In order to receive Social Security disability benefits, the Social Security Administration (SSA) must find that you are unable to do a full time job due to your medical conditions. The general rule is that they cannot consider whether someone will hire you, or whether you can find a job. However, because the SSA recognizes that older workers may have more trouble adapting to new types of employment, it will consider factors other than just your medical conditions when you reach a certain age.

            The SSA groups disability claimants into 4 basic categories:

1. Younger individuals (18 through 49)

2. Closely approaching advanced age (50 to 54)

3. Advanced age (55 and over), and

4. Closely approaching retirement age (60 and over)

If you are in the first age group, the SSA will not consider you disabled if you are capable of ANY kind of work, including sedentary, unskilled work (i.e., simple jobs that do not require lifting over 10 pounds, or standing/walking for prolonged periods of time). However, if you are in the closely approaching advanced age, you could still be found disabled even if you are able to do sedentary work, depending on your education and past work experience.

            However, what happens if you are about to turn 50 in a few months, but have serious medical issues that limit your ability to work? Luckily, the SSA recognizes that you do not just instantly become disabled the day you turn 50. Thus, if you are within a few days or few months of changing age categories, the SSA may deem you to be older than you are. However, there are some rules to this, and it does not happen automatically.

            First, “within a few days to a few months” does not have an exact definition, but it does mean a period of less than 6 months. Thus, if you are 53, the SSA will not consider moving you to the advanced age category.

            Second, there must be a “borderline age situation.” This means that in addition to being close to the next age category, using your actual age would result in a denial AND moving you to the next category would result in an approval. For example, if you are able to do light work (i.e., some standing and some sitting, and lifting up to 20 pounds occasionally), and you are 3 months from your 50th birthday, you would be denied in either age category.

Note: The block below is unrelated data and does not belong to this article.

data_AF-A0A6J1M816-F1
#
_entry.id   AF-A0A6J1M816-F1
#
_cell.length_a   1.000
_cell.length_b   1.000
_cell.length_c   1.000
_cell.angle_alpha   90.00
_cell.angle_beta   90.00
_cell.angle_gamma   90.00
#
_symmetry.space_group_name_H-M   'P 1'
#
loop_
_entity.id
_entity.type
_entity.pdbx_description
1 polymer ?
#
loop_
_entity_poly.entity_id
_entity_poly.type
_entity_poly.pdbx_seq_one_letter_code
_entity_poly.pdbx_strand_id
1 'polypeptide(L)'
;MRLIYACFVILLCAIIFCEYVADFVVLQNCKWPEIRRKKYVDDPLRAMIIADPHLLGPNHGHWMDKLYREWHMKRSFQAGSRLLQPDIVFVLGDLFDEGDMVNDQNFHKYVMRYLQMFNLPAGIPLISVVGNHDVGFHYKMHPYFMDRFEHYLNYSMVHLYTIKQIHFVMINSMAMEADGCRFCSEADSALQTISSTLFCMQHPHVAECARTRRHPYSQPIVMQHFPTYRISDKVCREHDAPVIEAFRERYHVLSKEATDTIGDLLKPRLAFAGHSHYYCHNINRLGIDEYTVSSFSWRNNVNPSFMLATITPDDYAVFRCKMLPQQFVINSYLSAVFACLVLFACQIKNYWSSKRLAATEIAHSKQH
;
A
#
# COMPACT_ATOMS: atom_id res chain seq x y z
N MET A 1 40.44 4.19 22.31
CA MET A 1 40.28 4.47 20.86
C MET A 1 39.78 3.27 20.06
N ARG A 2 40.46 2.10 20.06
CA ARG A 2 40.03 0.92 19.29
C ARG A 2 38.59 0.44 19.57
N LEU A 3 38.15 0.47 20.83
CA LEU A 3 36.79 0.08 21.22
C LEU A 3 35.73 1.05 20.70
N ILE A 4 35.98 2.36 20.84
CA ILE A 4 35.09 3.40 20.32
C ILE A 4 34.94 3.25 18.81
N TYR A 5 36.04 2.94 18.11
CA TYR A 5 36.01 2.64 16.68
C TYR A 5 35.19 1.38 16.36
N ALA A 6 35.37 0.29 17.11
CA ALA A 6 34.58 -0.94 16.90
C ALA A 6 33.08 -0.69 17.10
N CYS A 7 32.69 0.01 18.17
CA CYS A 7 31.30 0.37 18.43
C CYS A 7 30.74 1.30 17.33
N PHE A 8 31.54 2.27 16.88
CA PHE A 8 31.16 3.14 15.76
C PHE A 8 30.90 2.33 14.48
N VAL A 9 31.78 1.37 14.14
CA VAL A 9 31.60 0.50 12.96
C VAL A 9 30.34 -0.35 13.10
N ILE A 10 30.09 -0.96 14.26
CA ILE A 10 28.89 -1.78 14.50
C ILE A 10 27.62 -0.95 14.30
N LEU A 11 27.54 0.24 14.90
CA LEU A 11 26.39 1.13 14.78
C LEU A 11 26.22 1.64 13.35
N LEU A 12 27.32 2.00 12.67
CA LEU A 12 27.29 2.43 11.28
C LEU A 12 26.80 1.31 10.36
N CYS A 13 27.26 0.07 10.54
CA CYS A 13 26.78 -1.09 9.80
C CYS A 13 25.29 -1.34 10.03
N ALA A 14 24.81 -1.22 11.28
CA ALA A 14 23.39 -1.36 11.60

Lastly, there are 4 factors that must be considered:

1. Time period

2. Education

3. Past relevant work (PRW)

4. Residual functional capacity (RFC)

There are many considerations that go into arguing these factors (i.e., they cannot be double weighed – that is if education is already factored when deciding if it is a borderline age situation, it cannot again be a factor when considering an allowance). Thus, it is always recommended that you seek the help of an attorney for your disability claim.

In order to receive Social Security disability benefits, the Social Security Administration (SSA) must find that you are unable to do a full time job due to your medical conditions. The general rule is that they cannot consider whether someone will hire you, or whether you can find a job. However, because the SSA recognizes that older workers may have more trouble adapting to new types of employment, it will consider factors other than just your medical conditions when you reach a certain age.

The SSA groups disability claimants into 4 basic categories:

  1. Younger individuals (18 through 49)
  2. Closely approaching advanced age (50 to 54)
  3. Advanced age (55 and over), and
  4. Closely approaching retirement age (60 and over)

 

If you are in the first age group, the SSA will not consider you disabled if you are capable of ANY kind of work, including sedentary, unskilled work (i.e., simple jobs that do not require lifting over 10 pounds, or standing/walking for prolonged periods of time). However, if you are in the closely approaching advanced age, you could still be found disabled even if you are able to do sedentary work. At this age category, the SSA decision-maker will look, with the help of a vocational expert (i.e., an expert on jobs and employment related matters), to see whether you have skills that could be used in sedentary work. These skills could come from your education (i.e., a college degree or vocational training), or your past work (i.e., whether you had the power to hire and fire employees, set schedules, or do bookkeeping). If you do have skills, you would be found not disabled. If you do not have skills, you would be found disabled. When you are in the next age categories, you can still be found disabled if you do not have skills that would transfer to light work, even if you are capable of that type of work (i.e., jobs that involve lifting up to 20 pounds, and standing/walking about half the day, and sitting the other half).

There are also other ways to prove that skills are not transferable, even if you do have them. One way is if you have a severe psychological condition that would prevent you from doing skilled work. Due to the complicated nature of these rules, it is always a good idea to hire an experienced disability attorney to help you navigate this complex system.

 

By Scott J. Bowers